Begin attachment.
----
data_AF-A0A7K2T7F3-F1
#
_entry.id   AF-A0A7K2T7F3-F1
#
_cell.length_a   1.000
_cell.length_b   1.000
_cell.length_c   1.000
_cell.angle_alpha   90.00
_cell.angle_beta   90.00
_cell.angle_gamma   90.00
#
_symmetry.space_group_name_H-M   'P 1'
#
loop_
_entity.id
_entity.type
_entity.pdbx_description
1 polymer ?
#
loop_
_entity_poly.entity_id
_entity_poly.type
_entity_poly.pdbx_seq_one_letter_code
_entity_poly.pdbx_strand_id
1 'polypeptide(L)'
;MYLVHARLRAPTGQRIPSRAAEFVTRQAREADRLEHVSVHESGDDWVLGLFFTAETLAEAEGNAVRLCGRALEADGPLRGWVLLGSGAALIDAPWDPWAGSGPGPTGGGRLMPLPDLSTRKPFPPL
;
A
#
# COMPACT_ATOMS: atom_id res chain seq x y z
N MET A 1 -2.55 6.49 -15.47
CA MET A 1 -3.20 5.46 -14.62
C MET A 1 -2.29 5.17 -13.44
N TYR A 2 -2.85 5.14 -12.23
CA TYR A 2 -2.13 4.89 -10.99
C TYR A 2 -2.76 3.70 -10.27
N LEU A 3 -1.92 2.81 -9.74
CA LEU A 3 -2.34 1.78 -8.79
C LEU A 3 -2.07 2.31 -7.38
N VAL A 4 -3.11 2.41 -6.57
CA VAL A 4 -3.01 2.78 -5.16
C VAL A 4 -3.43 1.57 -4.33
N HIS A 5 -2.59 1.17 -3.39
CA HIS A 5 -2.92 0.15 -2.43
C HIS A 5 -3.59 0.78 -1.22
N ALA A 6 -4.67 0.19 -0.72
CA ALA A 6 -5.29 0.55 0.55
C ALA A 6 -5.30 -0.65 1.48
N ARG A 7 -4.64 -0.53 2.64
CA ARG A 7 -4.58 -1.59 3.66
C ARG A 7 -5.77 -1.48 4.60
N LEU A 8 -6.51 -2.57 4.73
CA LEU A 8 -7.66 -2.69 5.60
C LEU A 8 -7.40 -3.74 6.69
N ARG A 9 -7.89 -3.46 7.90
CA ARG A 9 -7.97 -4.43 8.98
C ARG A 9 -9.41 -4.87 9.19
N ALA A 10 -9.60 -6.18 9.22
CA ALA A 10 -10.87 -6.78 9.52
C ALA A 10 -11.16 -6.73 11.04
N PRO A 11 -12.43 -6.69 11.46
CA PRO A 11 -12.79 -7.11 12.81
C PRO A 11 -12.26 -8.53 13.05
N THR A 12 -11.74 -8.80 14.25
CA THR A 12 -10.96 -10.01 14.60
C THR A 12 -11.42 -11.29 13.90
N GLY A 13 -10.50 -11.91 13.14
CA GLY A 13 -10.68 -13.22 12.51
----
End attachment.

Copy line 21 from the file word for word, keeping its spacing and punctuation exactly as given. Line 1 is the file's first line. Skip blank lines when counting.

_entity_poly.entity_id